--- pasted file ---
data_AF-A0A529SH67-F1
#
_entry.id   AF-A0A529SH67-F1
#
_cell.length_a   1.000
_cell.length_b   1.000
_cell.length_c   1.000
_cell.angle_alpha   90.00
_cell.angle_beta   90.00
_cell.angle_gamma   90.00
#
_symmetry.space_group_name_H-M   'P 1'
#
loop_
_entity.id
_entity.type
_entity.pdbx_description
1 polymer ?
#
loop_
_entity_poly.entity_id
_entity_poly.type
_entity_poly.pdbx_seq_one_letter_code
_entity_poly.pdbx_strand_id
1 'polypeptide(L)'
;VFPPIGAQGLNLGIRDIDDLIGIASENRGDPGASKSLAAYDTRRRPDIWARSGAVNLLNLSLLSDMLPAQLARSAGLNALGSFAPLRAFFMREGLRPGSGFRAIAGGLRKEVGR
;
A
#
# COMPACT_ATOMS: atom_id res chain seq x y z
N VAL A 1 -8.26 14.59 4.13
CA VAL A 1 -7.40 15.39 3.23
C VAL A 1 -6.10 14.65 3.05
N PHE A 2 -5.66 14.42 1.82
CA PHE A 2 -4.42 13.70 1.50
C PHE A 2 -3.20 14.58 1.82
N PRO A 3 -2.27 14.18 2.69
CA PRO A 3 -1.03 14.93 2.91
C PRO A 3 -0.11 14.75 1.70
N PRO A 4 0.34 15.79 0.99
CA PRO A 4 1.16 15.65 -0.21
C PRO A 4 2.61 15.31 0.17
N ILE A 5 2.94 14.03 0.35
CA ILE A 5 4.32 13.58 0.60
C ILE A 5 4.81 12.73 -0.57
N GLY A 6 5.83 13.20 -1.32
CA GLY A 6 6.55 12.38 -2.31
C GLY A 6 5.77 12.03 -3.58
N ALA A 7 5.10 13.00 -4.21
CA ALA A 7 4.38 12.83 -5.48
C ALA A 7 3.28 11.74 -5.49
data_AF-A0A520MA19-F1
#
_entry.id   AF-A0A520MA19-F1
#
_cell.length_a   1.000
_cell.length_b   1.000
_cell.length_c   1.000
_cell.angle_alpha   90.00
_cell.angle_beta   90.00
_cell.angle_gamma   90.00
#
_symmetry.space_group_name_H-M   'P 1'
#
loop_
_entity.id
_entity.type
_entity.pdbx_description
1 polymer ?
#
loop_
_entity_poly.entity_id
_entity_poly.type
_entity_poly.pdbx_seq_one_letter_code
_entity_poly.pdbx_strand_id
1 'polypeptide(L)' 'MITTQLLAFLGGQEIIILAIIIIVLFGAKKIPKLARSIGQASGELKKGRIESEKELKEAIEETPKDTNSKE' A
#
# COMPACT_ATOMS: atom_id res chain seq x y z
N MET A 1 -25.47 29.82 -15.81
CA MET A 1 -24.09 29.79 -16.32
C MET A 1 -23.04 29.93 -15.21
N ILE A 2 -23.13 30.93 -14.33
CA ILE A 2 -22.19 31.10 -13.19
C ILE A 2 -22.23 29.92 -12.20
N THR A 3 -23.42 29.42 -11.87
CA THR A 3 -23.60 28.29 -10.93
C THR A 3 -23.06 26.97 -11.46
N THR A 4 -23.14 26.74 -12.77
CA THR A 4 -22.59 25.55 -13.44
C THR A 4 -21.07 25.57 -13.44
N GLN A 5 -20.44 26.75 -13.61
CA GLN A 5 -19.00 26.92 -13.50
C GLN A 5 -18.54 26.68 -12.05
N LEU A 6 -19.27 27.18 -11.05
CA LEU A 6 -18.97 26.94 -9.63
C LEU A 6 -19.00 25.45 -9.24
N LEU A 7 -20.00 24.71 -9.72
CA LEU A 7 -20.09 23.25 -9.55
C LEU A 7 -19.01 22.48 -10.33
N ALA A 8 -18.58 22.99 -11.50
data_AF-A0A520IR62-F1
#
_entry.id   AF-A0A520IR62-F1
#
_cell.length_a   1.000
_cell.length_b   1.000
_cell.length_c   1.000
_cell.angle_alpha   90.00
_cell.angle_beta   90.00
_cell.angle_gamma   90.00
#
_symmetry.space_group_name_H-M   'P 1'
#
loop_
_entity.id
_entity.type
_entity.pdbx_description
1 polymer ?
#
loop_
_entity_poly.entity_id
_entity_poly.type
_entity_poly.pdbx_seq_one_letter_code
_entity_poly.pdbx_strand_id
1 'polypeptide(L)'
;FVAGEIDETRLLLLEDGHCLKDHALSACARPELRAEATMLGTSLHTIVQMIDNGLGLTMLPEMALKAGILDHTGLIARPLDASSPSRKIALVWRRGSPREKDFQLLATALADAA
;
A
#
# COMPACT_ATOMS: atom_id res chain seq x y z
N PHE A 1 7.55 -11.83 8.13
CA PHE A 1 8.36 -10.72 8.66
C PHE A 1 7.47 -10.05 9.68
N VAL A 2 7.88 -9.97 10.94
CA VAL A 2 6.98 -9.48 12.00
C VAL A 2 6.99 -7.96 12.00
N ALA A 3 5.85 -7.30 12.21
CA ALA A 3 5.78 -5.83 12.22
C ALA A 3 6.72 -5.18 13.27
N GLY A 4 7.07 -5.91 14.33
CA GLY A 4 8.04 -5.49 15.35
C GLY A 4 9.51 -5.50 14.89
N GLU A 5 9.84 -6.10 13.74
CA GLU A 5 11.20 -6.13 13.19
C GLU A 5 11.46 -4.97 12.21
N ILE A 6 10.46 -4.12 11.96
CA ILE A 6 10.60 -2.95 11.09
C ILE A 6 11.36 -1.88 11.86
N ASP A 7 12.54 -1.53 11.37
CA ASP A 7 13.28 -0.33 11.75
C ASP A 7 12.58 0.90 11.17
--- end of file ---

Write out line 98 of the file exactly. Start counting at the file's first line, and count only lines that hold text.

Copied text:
CA LEU A 7 -20.09 23.25 -9.55